Thursday, September 27, 2007


Most fruits consist of carbohydrates, a small amount of protein and very little fat (Avocados being a notable exception).

Fruits also contain dietary fibre, vitamins and micro-nutrients. No one seems to be quite sure how much of these things we need, but we do know that if we don't get any of them, our body suffers.

So, fruit is 'good food'. But what very few people dare to say is that fruit is nearly 100% sugar. And it's not even all 'good' sugar.

Table sugar is sucrose, you know, 'bad' sugar. It is made from two simpler sugars called glucose (dextrose) ('bad sugar') and fructose ('good' sugar).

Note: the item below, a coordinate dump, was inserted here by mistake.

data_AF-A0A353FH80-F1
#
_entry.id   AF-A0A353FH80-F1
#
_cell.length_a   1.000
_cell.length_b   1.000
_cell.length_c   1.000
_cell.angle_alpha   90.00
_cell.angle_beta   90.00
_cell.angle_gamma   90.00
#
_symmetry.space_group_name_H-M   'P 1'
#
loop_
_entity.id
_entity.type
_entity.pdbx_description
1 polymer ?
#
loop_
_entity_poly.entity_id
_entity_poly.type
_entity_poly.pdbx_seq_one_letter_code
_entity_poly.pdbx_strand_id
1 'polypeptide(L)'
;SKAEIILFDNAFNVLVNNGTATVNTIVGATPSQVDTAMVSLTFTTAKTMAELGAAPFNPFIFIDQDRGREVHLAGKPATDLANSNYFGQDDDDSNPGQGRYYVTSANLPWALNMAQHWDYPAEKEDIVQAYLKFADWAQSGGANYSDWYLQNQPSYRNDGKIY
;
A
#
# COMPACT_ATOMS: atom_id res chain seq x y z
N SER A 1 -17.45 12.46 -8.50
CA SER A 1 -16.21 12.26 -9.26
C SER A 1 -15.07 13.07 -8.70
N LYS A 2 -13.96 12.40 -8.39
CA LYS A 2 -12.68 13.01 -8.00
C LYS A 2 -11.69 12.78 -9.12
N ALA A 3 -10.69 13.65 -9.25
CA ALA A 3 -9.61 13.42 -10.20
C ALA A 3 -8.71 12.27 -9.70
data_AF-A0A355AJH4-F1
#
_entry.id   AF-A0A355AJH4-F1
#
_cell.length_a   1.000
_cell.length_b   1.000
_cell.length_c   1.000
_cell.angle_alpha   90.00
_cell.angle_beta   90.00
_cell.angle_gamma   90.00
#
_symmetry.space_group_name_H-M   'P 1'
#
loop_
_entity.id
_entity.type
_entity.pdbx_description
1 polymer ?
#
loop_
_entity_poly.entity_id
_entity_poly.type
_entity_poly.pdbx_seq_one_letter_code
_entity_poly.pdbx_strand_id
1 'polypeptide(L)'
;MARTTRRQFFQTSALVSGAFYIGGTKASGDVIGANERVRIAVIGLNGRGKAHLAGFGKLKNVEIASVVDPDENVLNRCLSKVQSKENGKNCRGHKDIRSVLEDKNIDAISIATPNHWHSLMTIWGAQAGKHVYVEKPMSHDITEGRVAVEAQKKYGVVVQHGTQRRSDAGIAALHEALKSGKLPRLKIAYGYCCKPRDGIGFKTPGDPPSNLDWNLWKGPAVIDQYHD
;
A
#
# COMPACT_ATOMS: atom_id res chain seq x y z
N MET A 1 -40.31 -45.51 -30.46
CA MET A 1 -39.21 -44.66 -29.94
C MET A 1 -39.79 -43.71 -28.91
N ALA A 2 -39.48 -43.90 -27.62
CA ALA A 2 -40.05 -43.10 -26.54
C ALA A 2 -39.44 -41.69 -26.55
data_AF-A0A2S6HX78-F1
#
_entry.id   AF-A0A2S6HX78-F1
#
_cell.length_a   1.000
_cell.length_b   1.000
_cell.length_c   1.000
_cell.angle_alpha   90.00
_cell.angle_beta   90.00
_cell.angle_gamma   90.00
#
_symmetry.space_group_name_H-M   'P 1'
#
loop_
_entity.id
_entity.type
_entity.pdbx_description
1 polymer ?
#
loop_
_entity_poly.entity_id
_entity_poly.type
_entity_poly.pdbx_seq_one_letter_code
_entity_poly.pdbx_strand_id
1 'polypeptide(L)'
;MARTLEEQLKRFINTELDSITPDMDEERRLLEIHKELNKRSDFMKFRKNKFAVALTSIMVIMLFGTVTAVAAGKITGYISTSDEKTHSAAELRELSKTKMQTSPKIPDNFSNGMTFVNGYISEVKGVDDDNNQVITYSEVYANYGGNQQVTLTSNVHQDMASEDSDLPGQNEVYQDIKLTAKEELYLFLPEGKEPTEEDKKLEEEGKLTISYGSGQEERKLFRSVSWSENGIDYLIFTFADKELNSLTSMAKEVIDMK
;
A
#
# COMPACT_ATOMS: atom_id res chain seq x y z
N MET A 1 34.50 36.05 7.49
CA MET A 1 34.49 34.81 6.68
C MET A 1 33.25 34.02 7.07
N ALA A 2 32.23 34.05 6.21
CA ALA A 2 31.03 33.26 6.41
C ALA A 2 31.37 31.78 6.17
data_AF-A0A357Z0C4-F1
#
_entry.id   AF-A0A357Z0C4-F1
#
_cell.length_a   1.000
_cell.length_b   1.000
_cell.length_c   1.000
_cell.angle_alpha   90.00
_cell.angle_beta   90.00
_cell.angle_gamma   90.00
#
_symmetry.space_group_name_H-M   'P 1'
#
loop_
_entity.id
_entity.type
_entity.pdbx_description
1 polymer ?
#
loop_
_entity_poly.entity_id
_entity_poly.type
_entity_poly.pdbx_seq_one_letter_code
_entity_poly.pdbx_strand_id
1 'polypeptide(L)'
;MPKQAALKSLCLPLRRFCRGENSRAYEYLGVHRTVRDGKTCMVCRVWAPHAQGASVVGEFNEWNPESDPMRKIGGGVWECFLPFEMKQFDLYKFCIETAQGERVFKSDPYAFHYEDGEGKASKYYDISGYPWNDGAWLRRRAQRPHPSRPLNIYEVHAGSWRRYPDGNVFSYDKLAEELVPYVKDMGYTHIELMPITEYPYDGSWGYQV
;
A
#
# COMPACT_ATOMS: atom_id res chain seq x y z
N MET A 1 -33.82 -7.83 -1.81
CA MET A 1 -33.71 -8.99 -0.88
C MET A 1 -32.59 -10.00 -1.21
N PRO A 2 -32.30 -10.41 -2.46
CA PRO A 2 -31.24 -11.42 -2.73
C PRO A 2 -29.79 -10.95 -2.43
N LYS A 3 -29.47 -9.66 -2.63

Glucose is digested, absorbed, transported to the liver, and released into the general blood stream. Many tissues take up glucose from the blood to use for energy; this process requires insulin.

Fructose is predominantly metabolized in the liver, but unlike glucose it does not require insulin to be used by the body. For this reason, it is thought to be 'healthier'.

1 medium apple contains:
2.9 g sucrose, 3.4 g glucose, 8.1 g fructose

1 medium orange:
6.0 g sucrose, 2.8 g glucose, 3.1 g fructose

1 medium peach:
4.7 g sucrose, 1.9 g glucose, 1.5 g fructose

1 medium plum:
1.0 g sucrose, 3.3 g glucose, 2.0 g fructose

1 medium banana:
2.8 g sucrose, 5.9 g glucose, 5.7 g fructose